• Blending: Resembling your surroundings by combining different, like elements into a single entity. The main difference between success to failure lays in properly blending subtle details.
  • Disguising: In short, disguising is an action we perform to alter an existing shape or form. We do that to eliminate or create intentional target indicators, such as smell, shape, or shine. Disguising, for example, is adding vegetation to a Ghillie suit or collecting branches to conceal my hide side.

Photo courtesy of Breach Bang Clear.

Target Indicators

Knowledge is power. One of the keys to perfect camouflage at the tactical level is the ability to understand what kind of X or Y signatures my presence creates that will lead to my exposure.

TI, or target indicators, are about understanding what signatures my enemy creates in a specific environment. Those target indicators suggest presence, location, and distance in some cases.

There are two dimensions to consider when detecting and indicated presence. The first–and oldest–dimension is basic human sense. The other is technological.

Human Sense

While smelling, hearing, and touching are obvious senses, but those senses normally only come into play in short distance.

Let’s focus on ‘seeing.’

Snipers with 1st Sapper Company, Burundi National Defense Force, observe enemy movement, donning field-made ghillie suits. USMC Photo by 1st Lt. Dominic Pitrone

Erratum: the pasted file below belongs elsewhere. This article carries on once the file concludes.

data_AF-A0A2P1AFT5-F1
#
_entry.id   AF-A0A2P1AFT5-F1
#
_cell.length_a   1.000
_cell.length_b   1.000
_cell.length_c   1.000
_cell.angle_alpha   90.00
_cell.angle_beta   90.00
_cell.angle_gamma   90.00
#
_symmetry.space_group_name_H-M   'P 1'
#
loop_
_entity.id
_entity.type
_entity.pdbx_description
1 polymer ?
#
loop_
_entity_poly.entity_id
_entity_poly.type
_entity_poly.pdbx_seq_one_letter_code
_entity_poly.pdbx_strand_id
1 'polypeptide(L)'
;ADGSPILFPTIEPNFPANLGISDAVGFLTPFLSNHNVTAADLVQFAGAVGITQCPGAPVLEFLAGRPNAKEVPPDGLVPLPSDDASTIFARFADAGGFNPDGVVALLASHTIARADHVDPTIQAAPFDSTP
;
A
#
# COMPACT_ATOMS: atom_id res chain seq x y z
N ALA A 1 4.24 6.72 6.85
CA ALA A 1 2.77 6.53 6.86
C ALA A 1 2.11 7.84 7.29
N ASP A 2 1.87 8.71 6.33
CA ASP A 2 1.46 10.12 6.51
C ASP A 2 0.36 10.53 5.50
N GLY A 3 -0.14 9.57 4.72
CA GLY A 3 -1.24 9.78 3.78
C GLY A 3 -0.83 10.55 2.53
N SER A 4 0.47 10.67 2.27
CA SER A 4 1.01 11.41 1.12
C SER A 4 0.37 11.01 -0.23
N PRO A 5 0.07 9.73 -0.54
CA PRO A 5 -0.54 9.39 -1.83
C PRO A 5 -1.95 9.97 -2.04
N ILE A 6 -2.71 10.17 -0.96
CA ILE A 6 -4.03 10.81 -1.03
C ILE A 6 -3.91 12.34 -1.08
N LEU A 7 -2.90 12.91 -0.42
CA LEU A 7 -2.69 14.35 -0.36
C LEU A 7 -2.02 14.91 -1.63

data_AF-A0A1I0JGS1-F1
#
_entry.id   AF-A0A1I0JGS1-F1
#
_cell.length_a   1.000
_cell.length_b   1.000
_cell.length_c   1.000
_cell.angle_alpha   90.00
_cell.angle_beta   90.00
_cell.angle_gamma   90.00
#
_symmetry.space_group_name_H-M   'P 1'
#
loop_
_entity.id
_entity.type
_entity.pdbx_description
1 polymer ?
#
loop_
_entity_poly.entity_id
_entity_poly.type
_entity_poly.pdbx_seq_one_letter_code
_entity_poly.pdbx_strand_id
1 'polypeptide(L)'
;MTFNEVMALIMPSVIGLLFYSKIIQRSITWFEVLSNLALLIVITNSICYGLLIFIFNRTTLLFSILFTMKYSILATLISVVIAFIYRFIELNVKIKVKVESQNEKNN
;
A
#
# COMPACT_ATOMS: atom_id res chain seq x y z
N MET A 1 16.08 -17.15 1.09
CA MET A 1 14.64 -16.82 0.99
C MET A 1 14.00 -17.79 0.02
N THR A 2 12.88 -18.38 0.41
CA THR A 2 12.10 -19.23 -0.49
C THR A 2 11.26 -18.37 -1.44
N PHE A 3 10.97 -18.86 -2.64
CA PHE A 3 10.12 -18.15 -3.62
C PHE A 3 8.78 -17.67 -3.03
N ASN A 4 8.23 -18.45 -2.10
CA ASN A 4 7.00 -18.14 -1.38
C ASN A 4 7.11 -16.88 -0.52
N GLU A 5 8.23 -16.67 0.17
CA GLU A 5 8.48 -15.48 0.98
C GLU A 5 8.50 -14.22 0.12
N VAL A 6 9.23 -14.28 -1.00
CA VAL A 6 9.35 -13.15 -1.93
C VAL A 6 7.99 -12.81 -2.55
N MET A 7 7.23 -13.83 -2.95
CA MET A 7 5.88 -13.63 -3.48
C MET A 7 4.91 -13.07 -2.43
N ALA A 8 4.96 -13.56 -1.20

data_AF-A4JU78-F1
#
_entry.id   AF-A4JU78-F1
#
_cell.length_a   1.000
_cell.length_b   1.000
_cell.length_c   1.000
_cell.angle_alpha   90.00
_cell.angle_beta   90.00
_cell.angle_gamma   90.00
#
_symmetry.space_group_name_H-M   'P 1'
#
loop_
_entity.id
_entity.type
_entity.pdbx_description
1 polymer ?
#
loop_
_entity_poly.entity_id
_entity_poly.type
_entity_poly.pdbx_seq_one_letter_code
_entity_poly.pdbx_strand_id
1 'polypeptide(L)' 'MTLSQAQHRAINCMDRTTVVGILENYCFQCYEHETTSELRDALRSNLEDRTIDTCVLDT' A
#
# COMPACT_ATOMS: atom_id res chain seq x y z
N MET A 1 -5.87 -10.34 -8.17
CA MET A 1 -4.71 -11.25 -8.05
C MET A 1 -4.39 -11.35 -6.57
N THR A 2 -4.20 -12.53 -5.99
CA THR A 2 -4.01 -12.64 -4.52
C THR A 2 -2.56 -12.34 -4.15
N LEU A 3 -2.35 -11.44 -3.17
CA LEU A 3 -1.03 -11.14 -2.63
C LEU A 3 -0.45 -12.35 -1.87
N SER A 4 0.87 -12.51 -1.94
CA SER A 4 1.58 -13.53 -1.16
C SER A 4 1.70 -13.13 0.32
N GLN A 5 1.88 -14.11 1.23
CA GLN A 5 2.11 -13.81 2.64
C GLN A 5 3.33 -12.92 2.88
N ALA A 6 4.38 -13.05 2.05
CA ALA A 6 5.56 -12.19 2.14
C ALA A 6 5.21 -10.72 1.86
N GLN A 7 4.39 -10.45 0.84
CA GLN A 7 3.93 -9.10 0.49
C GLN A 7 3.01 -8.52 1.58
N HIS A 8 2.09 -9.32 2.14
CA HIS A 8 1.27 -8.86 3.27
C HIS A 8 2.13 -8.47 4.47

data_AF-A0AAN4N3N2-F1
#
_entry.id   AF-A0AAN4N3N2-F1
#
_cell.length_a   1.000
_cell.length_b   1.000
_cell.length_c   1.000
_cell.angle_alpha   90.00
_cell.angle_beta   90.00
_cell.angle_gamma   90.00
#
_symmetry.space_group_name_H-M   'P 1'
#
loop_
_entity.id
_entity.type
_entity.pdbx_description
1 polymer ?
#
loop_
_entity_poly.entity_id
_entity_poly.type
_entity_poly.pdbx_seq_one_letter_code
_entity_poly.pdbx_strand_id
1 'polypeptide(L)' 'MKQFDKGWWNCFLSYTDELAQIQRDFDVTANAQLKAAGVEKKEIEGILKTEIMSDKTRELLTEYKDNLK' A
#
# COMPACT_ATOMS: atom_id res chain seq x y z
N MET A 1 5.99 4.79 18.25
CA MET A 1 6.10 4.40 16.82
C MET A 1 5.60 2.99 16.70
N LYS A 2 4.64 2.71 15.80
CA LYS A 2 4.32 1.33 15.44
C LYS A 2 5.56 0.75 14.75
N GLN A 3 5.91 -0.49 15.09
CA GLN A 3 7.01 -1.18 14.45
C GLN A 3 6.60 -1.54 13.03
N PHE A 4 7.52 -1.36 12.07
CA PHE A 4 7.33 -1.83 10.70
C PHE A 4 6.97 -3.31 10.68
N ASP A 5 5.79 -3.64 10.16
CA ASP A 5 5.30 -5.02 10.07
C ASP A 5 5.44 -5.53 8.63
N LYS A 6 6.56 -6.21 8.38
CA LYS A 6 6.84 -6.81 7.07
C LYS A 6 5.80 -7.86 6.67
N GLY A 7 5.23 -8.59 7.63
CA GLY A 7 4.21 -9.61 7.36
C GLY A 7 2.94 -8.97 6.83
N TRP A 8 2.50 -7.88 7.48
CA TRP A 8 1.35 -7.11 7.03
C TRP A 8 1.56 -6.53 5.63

The visual sense is, by far, the most reliable sense for humans. We use it up to 80% of the time to collect information and orient ourselves. So, what kind of visual signatures could I leave that may lead to my exposure? In short:

  • Shape – The perfectly symmetrical shapes of tents or cars, for example, don’t exist in nature. Those, and the familiar shape of a human being, are immediate eye candy.
  • Silhouette – Similar to ‘shape,’ but with more focus on the background. A soldier walking on top of the hill or someone sneaking in the darkness with dark clothes against a white wall–the distinction of a foreground element from its background makes a target indicator sharp and clear.
  • Shine – Surface related. Radiance or brightness caused by emitted or reflected light. Anything that my skin, equipment, or fabrics may reflect. Popular examples would be the reflection of sunlight on hand watches, skin, or optics for example.
  • Shadow – Shadows are very attractive and easy to distinguish for human eyes, depending on a shadow’s intensity. For example, caves in open fields stand out for miles and are very easy to recognize. As a result, we never use caves for hiding, as they’re a natural draw to the eye.
  • Color – Let’s make it sure and simple–wearing a pink hoody to a funeral is a good way to stand out. Match your environment.